How Do We Know What We Know? Sources of Knowledge

The reality is the understanding of crime and criminal justice system operations by the public is frequently the product of misguided assumptions, distorted interpretations, outright myths, and hardened ideological positions. 6 This is a bold statement that basically contends that most people’s knowledge of crime and criminal justice is inaccurate. But, how do these inaccuracies occur? Most people have learned what they know about crime and criminal justice system operations through some other means besides scientific research results and findings. Some of that knowledge is based on personal experience and common sense. Much of it is based on the information and images supported by politicians, governmental agencies, and especially the media. This section will discuss the mechanisms used to understand crime and criminal justice operations by the public. It is important to note that although this section will focus on the failings of these knowledge sources, they each can be, and certainly are, accurate at times, and thus are valuable sources of knowledge.

Knowledge from Authority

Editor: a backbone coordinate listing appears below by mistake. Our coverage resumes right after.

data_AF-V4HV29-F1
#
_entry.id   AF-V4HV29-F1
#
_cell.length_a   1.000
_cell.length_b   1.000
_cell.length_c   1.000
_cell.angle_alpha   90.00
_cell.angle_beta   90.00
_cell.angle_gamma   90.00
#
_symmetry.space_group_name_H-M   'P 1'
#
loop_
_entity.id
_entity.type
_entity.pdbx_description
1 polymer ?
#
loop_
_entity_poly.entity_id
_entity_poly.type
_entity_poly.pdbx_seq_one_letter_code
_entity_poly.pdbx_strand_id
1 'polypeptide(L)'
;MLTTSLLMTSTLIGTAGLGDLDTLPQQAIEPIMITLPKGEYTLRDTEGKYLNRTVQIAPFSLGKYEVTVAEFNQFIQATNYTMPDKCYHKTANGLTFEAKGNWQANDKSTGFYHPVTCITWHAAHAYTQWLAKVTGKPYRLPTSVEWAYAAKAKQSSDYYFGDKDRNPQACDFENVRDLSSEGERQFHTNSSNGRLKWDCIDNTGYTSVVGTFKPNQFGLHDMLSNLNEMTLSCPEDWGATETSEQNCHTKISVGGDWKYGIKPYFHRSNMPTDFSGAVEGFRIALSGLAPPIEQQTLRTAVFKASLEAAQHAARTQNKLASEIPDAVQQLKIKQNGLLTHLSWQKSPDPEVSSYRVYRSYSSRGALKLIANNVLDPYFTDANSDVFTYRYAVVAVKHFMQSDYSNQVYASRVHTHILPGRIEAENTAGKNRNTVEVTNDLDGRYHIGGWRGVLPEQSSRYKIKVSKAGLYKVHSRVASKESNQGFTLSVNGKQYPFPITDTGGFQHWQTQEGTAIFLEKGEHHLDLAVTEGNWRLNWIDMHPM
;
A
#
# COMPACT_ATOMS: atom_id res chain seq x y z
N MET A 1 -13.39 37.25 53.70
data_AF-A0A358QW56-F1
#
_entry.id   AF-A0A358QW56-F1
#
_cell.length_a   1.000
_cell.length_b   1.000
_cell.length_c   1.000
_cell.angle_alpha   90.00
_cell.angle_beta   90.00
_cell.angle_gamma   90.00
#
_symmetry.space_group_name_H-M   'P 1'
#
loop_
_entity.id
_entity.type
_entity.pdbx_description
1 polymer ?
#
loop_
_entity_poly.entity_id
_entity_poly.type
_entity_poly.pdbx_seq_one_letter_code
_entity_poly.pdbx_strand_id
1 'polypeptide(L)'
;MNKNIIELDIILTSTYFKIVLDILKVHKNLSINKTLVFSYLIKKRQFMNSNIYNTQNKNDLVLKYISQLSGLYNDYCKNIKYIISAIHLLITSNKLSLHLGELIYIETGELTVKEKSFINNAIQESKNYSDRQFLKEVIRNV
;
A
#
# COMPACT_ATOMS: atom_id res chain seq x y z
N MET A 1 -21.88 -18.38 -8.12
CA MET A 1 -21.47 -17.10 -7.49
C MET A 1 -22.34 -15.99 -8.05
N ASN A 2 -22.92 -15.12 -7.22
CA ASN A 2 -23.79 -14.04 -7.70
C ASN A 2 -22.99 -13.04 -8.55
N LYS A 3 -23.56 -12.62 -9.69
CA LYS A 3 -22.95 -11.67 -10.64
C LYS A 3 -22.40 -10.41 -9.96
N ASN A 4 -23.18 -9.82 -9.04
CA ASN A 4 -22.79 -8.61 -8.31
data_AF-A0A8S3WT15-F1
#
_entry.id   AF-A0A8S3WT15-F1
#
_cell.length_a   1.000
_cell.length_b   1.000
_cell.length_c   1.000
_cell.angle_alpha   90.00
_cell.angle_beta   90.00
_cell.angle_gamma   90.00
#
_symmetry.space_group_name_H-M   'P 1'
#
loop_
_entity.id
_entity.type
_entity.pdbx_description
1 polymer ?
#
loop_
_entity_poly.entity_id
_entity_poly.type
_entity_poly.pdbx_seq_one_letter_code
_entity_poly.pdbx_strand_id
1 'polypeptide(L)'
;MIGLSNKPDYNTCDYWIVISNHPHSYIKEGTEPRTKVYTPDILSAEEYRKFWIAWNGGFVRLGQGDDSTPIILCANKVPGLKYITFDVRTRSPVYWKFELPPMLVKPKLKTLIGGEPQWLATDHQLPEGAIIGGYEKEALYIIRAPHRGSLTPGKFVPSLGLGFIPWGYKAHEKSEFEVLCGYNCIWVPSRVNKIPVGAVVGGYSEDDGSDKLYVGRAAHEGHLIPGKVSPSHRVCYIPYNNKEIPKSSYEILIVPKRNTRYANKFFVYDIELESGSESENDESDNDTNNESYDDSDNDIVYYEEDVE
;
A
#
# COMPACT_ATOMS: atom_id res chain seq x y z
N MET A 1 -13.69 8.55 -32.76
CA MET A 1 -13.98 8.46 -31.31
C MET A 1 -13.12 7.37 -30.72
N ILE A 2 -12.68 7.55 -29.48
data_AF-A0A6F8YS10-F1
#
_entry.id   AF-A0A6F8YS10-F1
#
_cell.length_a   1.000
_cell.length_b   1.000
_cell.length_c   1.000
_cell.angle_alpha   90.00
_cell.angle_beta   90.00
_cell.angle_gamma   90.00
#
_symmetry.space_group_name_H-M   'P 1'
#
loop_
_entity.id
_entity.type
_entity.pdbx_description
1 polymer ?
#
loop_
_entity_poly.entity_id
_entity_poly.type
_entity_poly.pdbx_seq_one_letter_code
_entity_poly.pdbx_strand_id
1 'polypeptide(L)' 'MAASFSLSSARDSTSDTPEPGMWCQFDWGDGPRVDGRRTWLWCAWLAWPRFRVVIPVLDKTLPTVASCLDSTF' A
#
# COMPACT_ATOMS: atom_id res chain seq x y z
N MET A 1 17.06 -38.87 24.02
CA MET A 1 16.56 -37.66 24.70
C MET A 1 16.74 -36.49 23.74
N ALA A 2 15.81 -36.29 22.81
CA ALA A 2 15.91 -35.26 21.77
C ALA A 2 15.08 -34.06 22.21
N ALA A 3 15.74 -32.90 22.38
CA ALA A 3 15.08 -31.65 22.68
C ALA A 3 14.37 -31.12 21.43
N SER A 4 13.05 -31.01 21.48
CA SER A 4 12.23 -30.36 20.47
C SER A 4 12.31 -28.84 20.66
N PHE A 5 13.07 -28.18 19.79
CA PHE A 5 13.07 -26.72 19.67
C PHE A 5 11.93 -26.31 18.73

We gain knowledge from parents, teachers, experts, and others who are in positions of authority in our lives. When we accept something as being correct and true just because someone in a position of authority says it is true, we are using what is referred to as authority knowledge as a means of knowing. Authorities often expend significant time and effort to learn something, and we can benefit from their experience and work.

However, relying on authority as a means of knowing has limitations. It is easy to overestimate the expertise of other people. A person’s expertise is typically limited to a few core areas of significant knowledge; a person is not an expert in all areas. More specifically, criminal justice professors are not experts on all topics related to criminal justice. One professor may be an expert on corrections but know little about policing. If this professor discusses topics in policing in which he is not an expert, we may still assume he is right when he may be wrong. Authority figures may speak on fields they know little about. They can be completely wrong but we may believe them because of their status as an expert. Furthermore, an expert in one area may try to use his authority in an unrelated area. Other times, we have no idea of how the experts arrived at their knowledge. We just know they are experts in the topic area.